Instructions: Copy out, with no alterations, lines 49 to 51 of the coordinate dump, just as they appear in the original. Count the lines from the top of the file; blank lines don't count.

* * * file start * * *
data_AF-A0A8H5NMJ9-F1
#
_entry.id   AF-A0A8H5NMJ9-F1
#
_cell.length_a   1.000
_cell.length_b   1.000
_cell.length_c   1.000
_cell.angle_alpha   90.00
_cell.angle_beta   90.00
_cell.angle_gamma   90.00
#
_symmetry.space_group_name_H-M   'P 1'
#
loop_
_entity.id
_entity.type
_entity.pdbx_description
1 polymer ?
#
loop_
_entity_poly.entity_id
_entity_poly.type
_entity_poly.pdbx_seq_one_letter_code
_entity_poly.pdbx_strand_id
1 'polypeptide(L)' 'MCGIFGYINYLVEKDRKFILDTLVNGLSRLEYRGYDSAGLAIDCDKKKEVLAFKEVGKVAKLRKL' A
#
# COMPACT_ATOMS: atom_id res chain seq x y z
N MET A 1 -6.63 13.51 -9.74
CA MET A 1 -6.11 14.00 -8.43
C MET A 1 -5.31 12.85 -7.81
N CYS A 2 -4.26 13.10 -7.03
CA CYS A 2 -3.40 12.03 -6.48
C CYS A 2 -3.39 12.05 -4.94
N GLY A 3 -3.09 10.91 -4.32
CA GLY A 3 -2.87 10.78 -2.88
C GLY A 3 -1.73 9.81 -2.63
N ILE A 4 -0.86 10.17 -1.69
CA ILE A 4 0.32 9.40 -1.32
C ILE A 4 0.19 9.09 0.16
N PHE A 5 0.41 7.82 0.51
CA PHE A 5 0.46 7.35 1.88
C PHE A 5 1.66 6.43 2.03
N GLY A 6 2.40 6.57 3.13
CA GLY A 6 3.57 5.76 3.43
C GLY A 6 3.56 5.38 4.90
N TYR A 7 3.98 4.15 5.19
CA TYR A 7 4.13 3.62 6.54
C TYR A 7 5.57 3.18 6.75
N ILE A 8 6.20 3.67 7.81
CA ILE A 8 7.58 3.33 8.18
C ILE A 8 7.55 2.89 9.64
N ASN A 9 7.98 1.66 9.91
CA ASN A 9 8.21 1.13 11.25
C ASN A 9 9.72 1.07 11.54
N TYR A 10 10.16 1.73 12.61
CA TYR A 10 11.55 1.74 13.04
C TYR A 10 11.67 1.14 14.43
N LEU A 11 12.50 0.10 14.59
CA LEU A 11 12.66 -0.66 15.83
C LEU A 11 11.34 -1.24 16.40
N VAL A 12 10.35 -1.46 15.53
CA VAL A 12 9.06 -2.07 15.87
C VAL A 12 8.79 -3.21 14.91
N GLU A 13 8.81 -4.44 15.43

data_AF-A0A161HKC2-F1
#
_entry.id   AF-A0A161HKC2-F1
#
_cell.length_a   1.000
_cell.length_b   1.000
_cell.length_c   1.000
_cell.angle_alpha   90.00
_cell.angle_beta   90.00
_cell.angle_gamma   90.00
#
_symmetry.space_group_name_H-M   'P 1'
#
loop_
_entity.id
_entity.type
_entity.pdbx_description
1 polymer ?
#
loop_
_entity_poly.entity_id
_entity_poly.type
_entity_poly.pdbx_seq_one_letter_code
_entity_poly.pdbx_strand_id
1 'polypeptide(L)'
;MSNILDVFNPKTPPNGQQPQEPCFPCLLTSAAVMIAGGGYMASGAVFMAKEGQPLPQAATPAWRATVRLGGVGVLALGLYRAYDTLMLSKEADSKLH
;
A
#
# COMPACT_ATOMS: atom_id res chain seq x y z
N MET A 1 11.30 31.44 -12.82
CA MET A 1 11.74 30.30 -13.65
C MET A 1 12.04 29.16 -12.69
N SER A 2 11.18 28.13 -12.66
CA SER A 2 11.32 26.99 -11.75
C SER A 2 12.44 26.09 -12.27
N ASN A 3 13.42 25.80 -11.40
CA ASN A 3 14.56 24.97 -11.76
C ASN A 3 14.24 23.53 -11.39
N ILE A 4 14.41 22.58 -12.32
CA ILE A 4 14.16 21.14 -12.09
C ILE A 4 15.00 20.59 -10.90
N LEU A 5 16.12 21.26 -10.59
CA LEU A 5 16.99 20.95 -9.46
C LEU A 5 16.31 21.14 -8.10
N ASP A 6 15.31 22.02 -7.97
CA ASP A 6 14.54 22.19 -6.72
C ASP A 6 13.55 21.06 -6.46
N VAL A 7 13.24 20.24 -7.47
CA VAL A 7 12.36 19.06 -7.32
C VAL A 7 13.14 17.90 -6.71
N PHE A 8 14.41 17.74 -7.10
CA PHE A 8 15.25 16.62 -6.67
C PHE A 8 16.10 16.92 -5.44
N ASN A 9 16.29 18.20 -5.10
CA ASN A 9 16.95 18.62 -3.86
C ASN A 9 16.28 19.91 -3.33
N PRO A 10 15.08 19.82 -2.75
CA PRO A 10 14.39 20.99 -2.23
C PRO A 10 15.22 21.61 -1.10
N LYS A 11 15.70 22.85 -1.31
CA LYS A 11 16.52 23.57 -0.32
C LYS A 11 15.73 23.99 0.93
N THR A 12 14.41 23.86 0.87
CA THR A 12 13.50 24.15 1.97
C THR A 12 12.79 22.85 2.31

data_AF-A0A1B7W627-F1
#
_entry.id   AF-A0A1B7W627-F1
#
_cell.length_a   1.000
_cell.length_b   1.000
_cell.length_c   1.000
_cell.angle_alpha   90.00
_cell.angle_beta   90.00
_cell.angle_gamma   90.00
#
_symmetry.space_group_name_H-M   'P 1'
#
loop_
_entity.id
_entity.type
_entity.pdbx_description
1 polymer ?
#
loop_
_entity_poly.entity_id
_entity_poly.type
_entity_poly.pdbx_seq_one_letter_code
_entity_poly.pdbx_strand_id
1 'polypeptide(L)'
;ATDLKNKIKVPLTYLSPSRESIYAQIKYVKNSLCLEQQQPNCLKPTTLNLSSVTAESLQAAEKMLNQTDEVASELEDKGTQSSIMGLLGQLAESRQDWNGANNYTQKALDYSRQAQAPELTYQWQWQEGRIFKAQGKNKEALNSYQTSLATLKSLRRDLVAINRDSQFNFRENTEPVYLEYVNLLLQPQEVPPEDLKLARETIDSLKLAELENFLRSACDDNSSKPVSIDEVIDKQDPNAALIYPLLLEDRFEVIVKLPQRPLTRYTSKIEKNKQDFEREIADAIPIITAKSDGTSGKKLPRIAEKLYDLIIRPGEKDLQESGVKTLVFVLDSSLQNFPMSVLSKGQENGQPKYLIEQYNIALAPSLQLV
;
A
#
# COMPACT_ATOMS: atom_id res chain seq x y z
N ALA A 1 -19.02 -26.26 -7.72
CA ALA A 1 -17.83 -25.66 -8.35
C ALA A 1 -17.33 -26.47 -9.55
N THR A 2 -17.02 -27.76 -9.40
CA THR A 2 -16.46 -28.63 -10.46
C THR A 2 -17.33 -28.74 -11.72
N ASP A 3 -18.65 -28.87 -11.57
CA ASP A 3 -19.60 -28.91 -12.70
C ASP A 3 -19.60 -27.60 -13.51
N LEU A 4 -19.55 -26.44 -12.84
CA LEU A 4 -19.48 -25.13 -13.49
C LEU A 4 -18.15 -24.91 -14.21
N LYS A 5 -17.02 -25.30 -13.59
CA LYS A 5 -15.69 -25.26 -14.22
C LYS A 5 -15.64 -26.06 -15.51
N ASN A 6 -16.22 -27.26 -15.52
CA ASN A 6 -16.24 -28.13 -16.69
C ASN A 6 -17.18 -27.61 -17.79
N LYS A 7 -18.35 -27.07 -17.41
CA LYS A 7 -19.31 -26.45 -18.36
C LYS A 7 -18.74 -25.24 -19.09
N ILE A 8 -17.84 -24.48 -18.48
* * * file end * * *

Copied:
N ILE A 8 6.20 3.67 7.81
CA ILE A 8 7.58 3.33 8.18
C ILE A 8 7.55 2.89 9.64